Camel through Eye of Needle Parable

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Question: What does Jesus' parable about a camel going through the eye of a needle mean? When and why did Jesus give it? Who was the target of the story?

Answer: The camel through the eye of a needle parable was given by Jesus in 30 A.D. just a short time before his final Passover and death. His somewhat humorous comparison is mentioned in three of the four gospel accounts (Matthew 19:23 - 26, Mark 10:23 - 27, Luke 18:24 - 27).

The context of the camel parable is that a rich young man approached Jesus and asked what it took to have eternal life (Matthew 19:16). Christ delineated several of the Ten Commandments and the man answered that he had kept them from the time he was a boy (verses 17 - 20). The Lord then told him if he wanted to be perfect to sell all he owned, give the proceeds to the poor, and follow him! After hearing these words, the rich man went away sad. The Bible then gives us the "camel" quote in question.

Then Jesus said to His disciples, "Truly I say to you, it is extremely difficult for a rich man to enter into the kingdom of heaven. And again I say to you, it is easier for a camel to pass through the eye of a needle than for a rich man to enter into the kingdom of God" (Matthew 19:23 - 24, HBFV).

Why use a camel?

There are a few possible explanations for what Jesus meant by his analogy using a camel. Some claim there existed somewhere in Jerusalem's city wall a narrow gate known as the "eye of the needle." The explanation is that such a small gate made it impossible for a fully loaded large animal to pass through it. The animal would have either to be fully unloaded or walk on its knees in order to traverse the opening.

The major problem with the above explanation is that archaeologists and other scholars have never found evidence of such an opening used by such tall beasts or reference to a gate referred to as the eye of the needle.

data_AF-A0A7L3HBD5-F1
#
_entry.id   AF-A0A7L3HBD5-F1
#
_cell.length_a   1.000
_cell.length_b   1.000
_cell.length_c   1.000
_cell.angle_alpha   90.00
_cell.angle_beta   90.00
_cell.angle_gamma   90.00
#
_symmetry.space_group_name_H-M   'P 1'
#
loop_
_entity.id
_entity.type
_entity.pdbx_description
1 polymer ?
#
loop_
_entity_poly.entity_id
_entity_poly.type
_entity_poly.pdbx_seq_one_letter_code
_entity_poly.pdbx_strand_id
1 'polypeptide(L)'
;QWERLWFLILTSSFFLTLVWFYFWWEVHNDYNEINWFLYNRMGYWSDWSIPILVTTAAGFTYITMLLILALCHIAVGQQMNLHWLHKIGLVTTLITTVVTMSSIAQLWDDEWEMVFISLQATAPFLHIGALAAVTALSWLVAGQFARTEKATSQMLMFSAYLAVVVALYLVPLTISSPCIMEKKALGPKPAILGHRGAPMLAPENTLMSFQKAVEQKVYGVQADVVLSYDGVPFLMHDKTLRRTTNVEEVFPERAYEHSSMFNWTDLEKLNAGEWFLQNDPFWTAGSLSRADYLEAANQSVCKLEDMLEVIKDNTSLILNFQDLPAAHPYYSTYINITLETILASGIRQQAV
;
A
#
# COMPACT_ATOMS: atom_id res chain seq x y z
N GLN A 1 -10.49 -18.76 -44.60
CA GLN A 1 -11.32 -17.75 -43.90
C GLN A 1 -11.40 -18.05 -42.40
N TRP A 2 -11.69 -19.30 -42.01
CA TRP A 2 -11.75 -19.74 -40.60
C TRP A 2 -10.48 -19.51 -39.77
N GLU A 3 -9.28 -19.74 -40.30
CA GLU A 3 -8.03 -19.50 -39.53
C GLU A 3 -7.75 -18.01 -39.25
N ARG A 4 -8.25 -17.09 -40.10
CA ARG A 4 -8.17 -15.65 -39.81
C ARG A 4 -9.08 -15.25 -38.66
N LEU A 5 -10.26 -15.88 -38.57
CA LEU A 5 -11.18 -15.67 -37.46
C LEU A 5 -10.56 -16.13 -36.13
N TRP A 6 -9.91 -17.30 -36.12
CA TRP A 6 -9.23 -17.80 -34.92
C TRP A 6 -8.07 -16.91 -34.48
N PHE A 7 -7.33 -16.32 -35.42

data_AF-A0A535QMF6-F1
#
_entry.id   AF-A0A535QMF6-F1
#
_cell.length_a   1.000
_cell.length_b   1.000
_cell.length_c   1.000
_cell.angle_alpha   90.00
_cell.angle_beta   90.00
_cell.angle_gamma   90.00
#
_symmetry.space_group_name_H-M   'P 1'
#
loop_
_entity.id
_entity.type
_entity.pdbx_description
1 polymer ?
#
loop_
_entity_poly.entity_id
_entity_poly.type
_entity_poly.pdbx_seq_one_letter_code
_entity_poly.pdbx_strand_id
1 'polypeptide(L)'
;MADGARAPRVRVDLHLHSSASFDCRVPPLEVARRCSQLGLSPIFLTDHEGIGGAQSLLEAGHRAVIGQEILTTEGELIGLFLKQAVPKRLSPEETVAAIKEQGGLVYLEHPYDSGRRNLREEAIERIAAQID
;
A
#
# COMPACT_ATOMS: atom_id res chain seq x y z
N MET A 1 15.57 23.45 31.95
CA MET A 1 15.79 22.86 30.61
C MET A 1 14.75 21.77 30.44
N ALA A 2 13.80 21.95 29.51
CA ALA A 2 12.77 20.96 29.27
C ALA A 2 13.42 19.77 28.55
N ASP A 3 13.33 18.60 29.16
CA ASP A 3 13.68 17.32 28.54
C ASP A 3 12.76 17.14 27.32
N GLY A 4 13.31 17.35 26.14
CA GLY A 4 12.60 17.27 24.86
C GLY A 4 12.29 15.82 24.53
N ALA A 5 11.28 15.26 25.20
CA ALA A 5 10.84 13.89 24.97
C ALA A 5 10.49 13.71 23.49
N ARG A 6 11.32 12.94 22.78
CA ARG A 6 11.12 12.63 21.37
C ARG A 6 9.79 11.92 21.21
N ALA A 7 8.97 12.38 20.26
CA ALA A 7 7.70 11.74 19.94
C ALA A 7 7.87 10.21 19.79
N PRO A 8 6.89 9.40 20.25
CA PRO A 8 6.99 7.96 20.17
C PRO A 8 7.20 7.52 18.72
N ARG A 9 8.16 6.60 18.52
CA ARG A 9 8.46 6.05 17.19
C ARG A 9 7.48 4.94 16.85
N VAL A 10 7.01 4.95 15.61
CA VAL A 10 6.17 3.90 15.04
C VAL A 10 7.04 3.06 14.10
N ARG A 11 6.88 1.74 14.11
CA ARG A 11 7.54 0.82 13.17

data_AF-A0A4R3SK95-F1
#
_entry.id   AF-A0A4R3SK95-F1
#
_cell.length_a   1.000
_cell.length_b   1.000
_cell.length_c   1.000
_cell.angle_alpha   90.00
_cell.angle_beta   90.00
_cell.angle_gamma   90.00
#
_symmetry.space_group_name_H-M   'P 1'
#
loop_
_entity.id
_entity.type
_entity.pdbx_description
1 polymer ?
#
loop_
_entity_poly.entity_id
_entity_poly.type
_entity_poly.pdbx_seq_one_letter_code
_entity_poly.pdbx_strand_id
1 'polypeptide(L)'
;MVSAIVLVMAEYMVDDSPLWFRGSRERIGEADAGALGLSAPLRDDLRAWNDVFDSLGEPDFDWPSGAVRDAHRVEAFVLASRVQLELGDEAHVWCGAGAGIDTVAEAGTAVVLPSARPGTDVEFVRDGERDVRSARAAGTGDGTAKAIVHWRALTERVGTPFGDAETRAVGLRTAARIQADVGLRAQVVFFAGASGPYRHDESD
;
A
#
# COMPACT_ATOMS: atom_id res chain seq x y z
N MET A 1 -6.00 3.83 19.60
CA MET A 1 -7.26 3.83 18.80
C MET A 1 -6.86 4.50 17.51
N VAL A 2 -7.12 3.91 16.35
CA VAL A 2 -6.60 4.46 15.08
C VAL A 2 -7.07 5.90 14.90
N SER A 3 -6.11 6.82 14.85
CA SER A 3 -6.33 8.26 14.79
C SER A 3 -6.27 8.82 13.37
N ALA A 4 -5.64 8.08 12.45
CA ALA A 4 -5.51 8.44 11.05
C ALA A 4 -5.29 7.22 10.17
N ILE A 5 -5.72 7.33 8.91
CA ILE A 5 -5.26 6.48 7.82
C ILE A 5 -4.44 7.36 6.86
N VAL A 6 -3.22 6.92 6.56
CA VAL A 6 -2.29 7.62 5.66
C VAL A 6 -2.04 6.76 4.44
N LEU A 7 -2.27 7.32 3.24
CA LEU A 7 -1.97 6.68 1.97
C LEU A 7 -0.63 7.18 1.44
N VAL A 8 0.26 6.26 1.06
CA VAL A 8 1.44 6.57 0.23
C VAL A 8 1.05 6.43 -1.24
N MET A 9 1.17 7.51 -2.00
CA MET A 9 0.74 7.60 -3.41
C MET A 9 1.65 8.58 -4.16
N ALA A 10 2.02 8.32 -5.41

Several Bible commentators have noted the Aramaic word for camel is nearly identical to the word used for rope. Some believe that when the New Testament's original scrolls were translated into Greek an error in translation may have occurred. The correct translation, based on such an assumption, would be "it is easier for a ROPE to pass through . . ."

Additionally, it is stated the words "eye of a needle" refers to the small opening of the tool used to sew clothes and other things together. Trying to pass rope through such a small opening would certainly prove difficult!

A third possible, and likely, explanation is that Jesus was simply using a commonly used saying to underscore the spiritual situation of those who are rich. It is as difficult for the wealthy to do what it takes to be saved as it is for an animal the size of a camel to pass through a very small needle opening.

Note that in his comparison Jesus states it was "extremely difficult" (HBFV translation) or "hard" (NKJV, NIV, ASV, etc.), but not impossible, for a rich man to enter God's Kingdom. If it were impossible, then wealthy and faithful men like Abraham (Genesis 13:2), Isaac (Genesis 26:12 - 14), Jacob (Genesis 30:43), Job (Job 42:10 - 12) and many others would be shut out of eternal life. The Bible teaches, however, that they will certainly be in the first resurrection and enter the Kingdom.

Who can be saved?

When the disciples heard Jesus' analogy of a "camel through the eye of the needle," they responded with astonishment and wondered about it meaning. They then asked, "Who then is able to be saved?" (Matthew 19:25). Why would they be amazed it was hard for a rich person to enter the Kingdom? The Pharisees believed God gave wealth to those he loves. One Bible commentary suggests the disciples may have been influenced by some of their beliefs and therefore responded accordingly.


The Parables of Jesus
Camel through Eye of Needle
The Good Samaritan
The Good Shepherd (Lost Sheep)
Lazarus and the Rich Man
The Light of the World
The Mustard Seed
Pearls before Swine
The Prodigal Son
The Salt of the Earth
Separating Sheep and Goats
The Sower and the Seed
The Talents
The Ten Virgins
The Unjust Steward
Why Did Jesus Use Parables?


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